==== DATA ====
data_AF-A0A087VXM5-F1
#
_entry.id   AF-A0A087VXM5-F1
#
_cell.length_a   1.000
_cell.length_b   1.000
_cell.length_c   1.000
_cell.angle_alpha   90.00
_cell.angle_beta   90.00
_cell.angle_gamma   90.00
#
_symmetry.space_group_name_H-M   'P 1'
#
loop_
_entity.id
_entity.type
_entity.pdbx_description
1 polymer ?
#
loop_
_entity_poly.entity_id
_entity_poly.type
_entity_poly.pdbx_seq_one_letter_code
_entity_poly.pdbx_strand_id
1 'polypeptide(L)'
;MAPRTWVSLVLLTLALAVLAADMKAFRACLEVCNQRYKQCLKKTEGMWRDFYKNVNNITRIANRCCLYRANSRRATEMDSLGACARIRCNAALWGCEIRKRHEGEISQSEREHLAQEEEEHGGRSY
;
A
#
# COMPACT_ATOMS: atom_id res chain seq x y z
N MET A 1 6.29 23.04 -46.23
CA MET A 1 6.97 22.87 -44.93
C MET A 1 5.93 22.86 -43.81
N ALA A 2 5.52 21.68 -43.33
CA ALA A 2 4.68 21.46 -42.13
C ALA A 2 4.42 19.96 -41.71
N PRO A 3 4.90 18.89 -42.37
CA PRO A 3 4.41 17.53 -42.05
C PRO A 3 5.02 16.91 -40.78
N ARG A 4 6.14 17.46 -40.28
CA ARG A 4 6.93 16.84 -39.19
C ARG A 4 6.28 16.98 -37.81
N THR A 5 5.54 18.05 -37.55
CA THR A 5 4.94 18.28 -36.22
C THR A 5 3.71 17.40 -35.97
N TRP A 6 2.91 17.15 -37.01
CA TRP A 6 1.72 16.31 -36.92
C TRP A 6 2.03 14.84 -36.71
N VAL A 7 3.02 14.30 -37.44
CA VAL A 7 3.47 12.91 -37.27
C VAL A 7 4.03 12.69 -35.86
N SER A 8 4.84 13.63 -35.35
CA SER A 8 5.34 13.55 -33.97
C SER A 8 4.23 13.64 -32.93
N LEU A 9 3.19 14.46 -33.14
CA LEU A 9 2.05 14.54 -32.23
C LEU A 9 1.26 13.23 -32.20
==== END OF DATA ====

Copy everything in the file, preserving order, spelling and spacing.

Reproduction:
data_AF-A0A087VXM5-F1
#
_entry.id   AF-A0A087VXM5-F1
#
_cell.length_a   1.000
_cell.length_b   1.000
_cell.length_c   1.000
_cell.angle_alpha   90.00
_cell.angle_beta   90.00
_cell.angle_gamma   90.00
#
_symmetry.space_group_name_H-M   'P 1'
#
loop_
_entity.id
_entity.type
_entity.pdbx_description
1 polymer ?
#
loop_
_entity_poly.entity_id
_entity_poly.type
_entity_poly.pdbx_seq_one_letter_code
_entity_poly.pdbx_strand_id
1 'polypeptide(L)'
;MAPRTWVSLVLLTLALAVLAADMKAFRACLEVCNQRYKQCLKKTEGMWRDFYKNVNNITRIANRCCLYRANSRRATEMDSLGACARIRCNAALWGCEIRKRHEGEISQSEREHLAQEEEEHGGRSY
;
A
#
# COMPACT_ATOMS: atom_id res chain seq x y z
N MET A 1 6.29 23.04 -46.23
CA MET A 1 6.97 22.87 -44.93
C MET A 1 5.93 22.86 -43.81
N ALA A 2 5.52 21.68 -43.33
CA ALA A 2 4.68 21.46 -42.13
C ALA A 2 4.42 19.96 -41.71
N PRO A 3 4.90 18.89 -42.37
CA PRO A 3 4.41 17.53 -42.05
C PRO A 3 5.02 16.91 -40.78
N ARG A 4 6.14 17.46 -40.28
CA ARG A 4 6.93 16.84 -39.19
C ARG A 4 6.28 16.98 -37.81
N THR A 5 5.54 18.05 -37.55
CA THR A 5 4.94 18.28 -36.22
C THR A 5 3.71 17.40 -35.97
N TRP A 6 2.91 17.15 -37.01
CA TRP A 6 1.72 16.31 -36.92
C TRP A 6 2.03 14.84 -36.71
N VAL A 7 3.02 14.30 -37.44
CA VAL A 7 3.47 12.91 -37.27
C VAL A 7 4.03 12.69 -35.86
N SER A 8 4.84 13.63 -35.35
CA SER A 8 5.34 13.55 -33.97
C SER A 8 4.23 13.64 -32.93
N LEU A 9 3.19 14.46 -33.14
CA LEU A 9 2.05 14.54 -32.23
C LEU A 9 1.26 13.23 -32.20